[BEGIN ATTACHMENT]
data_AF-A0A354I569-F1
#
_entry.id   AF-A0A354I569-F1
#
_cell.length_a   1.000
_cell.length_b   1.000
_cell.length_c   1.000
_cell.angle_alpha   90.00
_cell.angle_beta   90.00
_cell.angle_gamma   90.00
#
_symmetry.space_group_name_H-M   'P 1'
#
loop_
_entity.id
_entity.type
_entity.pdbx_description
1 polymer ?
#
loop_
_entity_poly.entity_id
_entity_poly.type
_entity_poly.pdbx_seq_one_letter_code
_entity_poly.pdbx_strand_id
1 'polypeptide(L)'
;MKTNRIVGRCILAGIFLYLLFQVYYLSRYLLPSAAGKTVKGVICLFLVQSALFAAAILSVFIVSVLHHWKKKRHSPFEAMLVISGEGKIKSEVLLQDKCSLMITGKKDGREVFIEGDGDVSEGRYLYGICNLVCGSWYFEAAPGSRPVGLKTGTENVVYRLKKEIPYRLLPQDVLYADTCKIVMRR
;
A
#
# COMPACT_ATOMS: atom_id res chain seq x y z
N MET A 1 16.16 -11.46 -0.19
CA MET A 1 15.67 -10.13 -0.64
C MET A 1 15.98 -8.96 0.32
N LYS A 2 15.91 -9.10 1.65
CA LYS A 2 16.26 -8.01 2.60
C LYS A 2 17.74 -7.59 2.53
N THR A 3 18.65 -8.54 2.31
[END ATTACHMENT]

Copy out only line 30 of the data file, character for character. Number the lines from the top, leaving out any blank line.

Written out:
# COMPACT_ATOMS: atom_id res chain seq x y z